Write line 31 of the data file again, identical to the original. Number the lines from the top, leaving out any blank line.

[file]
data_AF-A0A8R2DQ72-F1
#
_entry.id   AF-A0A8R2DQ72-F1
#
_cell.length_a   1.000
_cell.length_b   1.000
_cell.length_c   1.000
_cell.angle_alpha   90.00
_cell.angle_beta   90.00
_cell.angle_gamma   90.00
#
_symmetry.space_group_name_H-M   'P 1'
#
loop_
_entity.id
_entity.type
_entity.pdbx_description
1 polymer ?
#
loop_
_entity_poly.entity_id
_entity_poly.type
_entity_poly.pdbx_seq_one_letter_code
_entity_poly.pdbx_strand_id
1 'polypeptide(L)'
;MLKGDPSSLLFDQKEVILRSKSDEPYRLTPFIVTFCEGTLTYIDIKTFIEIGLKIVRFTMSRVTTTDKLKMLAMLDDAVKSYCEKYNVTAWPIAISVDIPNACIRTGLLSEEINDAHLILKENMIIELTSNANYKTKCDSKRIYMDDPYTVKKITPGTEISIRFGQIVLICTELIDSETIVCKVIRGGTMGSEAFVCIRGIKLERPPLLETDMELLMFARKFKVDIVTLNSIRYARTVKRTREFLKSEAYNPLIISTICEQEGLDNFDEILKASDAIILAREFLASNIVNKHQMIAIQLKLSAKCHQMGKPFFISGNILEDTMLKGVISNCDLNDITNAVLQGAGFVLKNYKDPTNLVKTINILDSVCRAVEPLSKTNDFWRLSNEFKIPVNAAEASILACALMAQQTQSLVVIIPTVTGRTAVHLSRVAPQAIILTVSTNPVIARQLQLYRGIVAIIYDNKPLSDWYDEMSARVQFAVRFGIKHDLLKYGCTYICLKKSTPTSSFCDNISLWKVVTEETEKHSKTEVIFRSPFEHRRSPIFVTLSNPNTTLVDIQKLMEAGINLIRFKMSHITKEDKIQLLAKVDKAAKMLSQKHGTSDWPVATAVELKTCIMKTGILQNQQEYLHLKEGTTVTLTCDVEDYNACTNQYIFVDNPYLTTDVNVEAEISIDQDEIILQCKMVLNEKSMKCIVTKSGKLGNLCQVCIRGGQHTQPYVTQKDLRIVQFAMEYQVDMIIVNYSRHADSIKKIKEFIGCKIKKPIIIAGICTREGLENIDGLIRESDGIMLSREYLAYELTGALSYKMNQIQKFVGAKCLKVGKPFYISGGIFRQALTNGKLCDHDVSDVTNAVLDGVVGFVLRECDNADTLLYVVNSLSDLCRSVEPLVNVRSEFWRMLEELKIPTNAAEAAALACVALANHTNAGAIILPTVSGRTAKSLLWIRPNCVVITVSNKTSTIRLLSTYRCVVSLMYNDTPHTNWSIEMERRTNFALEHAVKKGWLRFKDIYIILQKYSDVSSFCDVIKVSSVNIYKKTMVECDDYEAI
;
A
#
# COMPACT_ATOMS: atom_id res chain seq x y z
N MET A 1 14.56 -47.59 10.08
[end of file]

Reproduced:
N MET A 1 14.56 -47.59 10.08